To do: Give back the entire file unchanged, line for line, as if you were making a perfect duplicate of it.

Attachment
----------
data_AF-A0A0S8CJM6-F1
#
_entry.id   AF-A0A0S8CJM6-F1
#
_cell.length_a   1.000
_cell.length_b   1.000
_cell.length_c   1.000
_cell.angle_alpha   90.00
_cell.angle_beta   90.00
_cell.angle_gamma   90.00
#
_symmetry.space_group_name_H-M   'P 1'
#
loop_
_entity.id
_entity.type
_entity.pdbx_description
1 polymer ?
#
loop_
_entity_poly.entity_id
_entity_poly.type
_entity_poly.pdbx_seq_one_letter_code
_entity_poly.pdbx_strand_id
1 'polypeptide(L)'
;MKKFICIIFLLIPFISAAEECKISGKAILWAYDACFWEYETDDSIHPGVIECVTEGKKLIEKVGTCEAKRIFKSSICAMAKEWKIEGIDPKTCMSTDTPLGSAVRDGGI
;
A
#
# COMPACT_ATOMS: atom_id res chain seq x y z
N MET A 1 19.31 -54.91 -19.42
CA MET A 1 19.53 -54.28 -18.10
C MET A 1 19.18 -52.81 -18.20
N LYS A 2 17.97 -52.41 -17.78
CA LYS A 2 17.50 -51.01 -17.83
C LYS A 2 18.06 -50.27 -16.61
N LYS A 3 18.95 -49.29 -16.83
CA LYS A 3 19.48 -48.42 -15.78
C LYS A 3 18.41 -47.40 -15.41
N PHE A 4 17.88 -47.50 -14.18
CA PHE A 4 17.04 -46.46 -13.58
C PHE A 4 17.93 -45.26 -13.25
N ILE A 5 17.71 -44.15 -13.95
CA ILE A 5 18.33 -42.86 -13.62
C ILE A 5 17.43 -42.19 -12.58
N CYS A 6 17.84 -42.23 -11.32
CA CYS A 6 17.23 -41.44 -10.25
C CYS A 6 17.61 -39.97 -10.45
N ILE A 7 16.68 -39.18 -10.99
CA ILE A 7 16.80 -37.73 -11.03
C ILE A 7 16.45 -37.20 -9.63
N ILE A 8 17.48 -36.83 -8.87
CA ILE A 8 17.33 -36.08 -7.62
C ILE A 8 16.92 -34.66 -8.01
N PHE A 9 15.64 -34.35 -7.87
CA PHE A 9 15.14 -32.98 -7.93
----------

data_AF-A0A0S8CJM6-F1
#
_entry.id   AF-A0A0S8CJM6-F1
#
_cell.length_a   1.000
_cell.length_b   1.000
_cell.length_c   1.000
_cell.angle_alpha   90.00
_cell.angle_beta   90.00
_cell.angle_gamma   90.00
#
_symmetry.space_group_name_H-M   'P 1'
#
loop_
_entity.id
_entity.type
_entity.pdbx_description
1 polymer ?
#
loop_
_entity_poly.entity_id
_entity_poly.type
_entity_poly.pdbx_seq_one_letter_code
_entity_poly.pdbx_strand_id
1 'polypeptide(L)'
;MKKFICIIFLLIPFISAAEECKISGKAILWAYDACFWEYETDDSIHPGVIECVTEGKKLIEKVGTCEAKRIFKSSICAMAKEWKIEGIDPKTCMSTDTPLGSAVRDGGI
;
A
#
# COMPACT_ATOMS: atom_id res chain seq x y z
N MET A 1 19.31 -54.91 -19.42
CA MET A 1 19.53 -54.28 -18.10
C MET A 1 19.18 -52.81 -18.20
N LYS A 2 17.97 -52.41 -17.78
CA LYS A 2 17.50 -51.01 -17.83
C LYS A 2 18.06 -50.27 -16.61
N LYS A 3 18.95 -49.29 -16.83
CA LYS A 3 19.48 -48.42 -15.78
C LYS A 3 18.41 -47.40 -15.41
N PHE A 4 17.88 -47.50 -14.18
CA PHE A 4 17.04 -46.46 -13.58
C PHE A 4 17.93 -45.26 -13.25
N ILE A 5 17.71 -44.15 -13.95
CA ILE A 5 18.33 -42.86 -13.62
C ILE A 5 17.43 -42.19 -12.58
N CYS A 6 17.84 -42.23 -11.32
CA CYS A 6 17.23 -41.44 -10.25
C CYS A 6 17.61 -39.97 -10.45
N ILE A 7 16.68 -39.18 -10.99
CA ILE A 7 16.80 -37.73 -11.03
C ILE A 7 16.45 -37.20 -9.63
N ILE A 8 17.48 -36.83 -8.87
CA ILE A 8 17.33 -36.08 -7.62
C ILE A 8 16.92 -34.66 -8.01
N PHE A 9 15.64 -34.35 -7.87
CA PHE A 9 15.14 -32.98 -7.93